You are going to do a crash course in separation anxiety.  The first time he’s alone in his crate shouldn’t be for 8 hours while you’re (trying) to sleep.  Put him in the crate for five minutes, leave the room, come back and let him out.  Now try for 15 minutes.  You are creating normalcy out of being alone in the crate. Pop him in and out of the crate all day, focusing on longer and longer periods of time.   Think of it as dress rehearsal for the big show.  Trust me, you’ll thank me for this when it’s bed time.  For a more detailed description on separation anxiety, read this article.

Wash, rinse repeat.  Some dogs take 5 minutes to feel comfortable in new home.  Other take a little longer.  Take your time.  Don’t rush them.  They’re worth the wait.

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Keep calm and pilot onKerry Stack
Darwin Dogs
Dog Training in Cleveland, Ohio

Brittany Graham Photography

A Little Less Thinking

Your mind knows only some things. Your inner voice, your instinct, knows everything. If you listen to what you know instinctively, it will always lead you down the right path. – Henry Winkler

Brittany Graham Photography

Brittany Graham Photography

Recently, I had a walking session with a client, Jen. Jen and her adorable French Bulldog Mimi, were having some issues with dog reactivity on the walk and wanted to focus on making it a more enjoyable experience for the both of them. (Check out our series on walking here to get some refresher tips!) I asked a few questions about what happens when another dog is seen on their daily walks. Jen answered in respect to how Mimi would react. This is a perfectly logical way to answer the question and at the time, it was exactly what I was looking for.

But then, I had a light bulb moment. I asked Jen: how do you react when you see a dog coming towards you. I expected the answer of: I tense up and get nervous. The answer I received was: I am thinking about every step I need to take. When I need to answer the question that the other dog is not a threat, when I’ll slam the door, how I’m going to handle if she continues to react. And I realized, yes that is also making her tense and nervous, but there’s only so many times we can say “fake it until you make it”. So I tried to view the problem as more concrete. So, my response to her was: follow your instincts and let your body do the work.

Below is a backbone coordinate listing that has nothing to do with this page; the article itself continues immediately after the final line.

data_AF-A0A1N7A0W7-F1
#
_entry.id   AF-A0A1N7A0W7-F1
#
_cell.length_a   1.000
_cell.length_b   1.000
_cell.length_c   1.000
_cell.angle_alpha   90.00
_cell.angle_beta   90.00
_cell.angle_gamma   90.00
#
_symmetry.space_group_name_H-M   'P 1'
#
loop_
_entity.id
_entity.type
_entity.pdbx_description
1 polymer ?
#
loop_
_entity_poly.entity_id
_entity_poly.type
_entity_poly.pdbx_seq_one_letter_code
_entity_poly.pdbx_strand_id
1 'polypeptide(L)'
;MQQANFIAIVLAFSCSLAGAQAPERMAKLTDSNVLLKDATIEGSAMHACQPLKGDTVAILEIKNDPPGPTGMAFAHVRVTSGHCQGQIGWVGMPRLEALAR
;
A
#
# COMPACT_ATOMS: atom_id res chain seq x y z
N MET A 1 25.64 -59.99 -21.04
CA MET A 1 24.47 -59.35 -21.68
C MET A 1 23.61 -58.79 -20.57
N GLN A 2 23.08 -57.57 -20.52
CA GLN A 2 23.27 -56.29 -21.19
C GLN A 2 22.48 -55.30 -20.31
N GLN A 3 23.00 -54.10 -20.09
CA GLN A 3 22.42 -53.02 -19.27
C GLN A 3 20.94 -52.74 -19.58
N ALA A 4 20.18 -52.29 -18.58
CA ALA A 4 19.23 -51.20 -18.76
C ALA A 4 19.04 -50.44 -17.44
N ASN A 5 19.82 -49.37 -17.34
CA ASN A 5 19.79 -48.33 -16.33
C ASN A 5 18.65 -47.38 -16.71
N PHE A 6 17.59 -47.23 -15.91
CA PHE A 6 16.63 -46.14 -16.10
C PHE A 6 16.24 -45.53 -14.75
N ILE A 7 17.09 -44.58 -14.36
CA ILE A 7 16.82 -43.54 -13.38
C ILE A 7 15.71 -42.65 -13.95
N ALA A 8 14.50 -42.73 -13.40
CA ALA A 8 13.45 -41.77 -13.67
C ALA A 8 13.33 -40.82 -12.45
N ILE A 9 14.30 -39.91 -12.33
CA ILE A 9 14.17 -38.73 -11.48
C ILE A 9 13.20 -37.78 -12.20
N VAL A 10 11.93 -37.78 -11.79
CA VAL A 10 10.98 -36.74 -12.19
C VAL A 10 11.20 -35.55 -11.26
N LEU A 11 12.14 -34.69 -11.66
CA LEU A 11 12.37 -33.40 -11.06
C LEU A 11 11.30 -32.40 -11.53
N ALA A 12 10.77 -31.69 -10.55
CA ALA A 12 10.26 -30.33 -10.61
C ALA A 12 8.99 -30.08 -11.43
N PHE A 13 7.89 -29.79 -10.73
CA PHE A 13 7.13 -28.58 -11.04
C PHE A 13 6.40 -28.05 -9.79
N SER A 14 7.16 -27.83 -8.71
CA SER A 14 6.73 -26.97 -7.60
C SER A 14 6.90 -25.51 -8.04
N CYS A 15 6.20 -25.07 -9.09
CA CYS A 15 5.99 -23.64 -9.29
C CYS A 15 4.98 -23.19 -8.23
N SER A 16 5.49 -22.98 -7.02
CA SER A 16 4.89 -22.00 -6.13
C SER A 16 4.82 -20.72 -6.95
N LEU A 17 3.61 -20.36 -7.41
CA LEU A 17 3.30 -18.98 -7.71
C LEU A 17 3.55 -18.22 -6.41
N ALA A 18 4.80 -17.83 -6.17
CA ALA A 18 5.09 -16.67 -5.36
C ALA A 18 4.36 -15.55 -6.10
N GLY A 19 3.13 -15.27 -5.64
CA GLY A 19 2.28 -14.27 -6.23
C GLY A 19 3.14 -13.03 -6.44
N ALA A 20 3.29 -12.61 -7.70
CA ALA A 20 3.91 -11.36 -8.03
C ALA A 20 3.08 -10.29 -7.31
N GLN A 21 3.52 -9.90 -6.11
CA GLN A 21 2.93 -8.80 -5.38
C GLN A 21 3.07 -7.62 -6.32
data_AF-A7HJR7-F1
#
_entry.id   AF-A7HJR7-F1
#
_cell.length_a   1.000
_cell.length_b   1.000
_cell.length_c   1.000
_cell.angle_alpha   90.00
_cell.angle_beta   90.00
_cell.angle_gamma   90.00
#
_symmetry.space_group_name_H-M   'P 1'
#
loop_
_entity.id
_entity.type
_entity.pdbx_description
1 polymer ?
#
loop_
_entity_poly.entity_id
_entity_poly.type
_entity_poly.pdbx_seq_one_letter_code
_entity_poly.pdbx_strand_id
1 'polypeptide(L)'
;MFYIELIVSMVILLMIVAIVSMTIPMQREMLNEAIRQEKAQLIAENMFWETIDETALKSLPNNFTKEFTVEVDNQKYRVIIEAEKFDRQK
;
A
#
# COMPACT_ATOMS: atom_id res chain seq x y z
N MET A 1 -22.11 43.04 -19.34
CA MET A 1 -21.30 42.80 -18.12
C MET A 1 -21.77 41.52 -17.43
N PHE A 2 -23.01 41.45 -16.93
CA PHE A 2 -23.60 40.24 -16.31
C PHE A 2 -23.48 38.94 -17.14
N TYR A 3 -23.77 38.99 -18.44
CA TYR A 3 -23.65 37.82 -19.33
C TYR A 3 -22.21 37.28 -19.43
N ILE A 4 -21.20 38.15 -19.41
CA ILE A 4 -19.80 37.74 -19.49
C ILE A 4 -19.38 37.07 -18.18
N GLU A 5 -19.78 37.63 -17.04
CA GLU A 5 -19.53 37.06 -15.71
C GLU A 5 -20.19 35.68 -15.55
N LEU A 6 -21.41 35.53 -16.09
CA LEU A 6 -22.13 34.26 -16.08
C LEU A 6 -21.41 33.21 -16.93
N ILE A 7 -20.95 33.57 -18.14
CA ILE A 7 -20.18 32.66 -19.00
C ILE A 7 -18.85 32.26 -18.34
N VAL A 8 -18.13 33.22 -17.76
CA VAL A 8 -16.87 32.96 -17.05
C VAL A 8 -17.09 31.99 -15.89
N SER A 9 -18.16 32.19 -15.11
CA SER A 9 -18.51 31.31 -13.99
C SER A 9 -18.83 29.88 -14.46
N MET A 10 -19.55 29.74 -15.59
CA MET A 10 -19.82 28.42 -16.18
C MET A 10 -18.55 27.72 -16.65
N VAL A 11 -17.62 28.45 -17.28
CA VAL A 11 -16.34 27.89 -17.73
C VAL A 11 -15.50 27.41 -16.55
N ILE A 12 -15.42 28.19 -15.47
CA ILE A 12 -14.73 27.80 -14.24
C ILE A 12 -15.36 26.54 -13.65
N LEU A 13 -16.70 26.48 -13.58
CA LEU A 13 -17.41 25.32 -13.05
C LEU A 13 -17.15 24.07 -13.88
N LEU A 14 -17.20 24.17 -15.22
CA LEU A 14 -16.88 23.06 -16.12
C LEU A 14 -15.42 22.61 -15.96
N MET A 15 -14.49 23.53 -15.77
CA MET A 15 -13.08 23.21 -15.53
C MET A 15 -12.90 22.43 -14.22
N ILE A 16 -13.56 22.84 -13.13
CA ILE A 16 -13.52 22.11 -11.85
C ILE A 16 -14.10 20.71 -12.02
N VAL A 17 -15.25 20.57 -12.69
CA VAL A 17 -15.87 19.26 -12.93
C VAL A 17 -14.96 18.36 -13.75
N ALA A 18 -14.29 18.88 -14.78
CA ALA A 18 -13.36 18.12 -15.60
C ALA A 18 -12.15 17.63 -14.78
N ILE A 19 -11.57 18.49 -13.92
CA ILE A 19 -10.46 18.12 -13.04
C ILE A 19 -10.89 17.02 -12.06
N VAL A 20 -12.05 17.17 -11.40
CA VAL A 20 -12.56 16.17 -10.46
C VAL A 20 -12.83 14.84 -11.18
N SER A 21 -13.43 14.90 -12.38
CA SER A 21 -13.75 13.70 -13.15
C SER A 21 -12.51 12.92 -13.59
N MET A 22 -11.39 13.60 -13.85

- Brittany Graham Photography

– Brittany Graham Photography

What Jen was doing, what I do, and what I’m sure a lot of you do, is think too much. We think about our next move with our reactive dogs.

When will I slam the door?

What if the dog goes around to the left, then what?

How will the other dog react?

When will I keep moving again?

Guess what, we’re psyching ourselves out, making ourselves rigid, and just plain using our brains too much. You know what you have to do.

Answer the question: Is this dog a threat?

Slam the door: Nope, Fido, I need you to focus on me right now and not the other dog, so we’re going to stop our forward movement and take a minute to regroup.

Keep moving if the dog is in a stagnant place: We’re moving past the point of built up energy, instead of containing it all in a small area

Deep breath, and move on

We know. If someone asked, we’d be able to tell them hands down what to do. So your brain knows it, it’s time to let your body follow through on it naturally. Trust your instincts. There’s a reason you’ve been working on these skills for so long. It’s muscle memory now, so let your muscles take over.

- Brittany Graham Photography

– Brittany Graham Photography

The other day, while on a hike with Porter, we were starting to go up a set of stairs. Porter is not very good at stairs. First of all, he’s just absolutely uncoordinated when it comes to them because he never has to do them on a daily basis. Second of all, it takes a lot of Piloting to make sure he goes up the stairs at a pace that’s safe for me. So, as we’re walking up the stairs, I notice another dog on the landing. All of a sudden my brain started going into overdrive.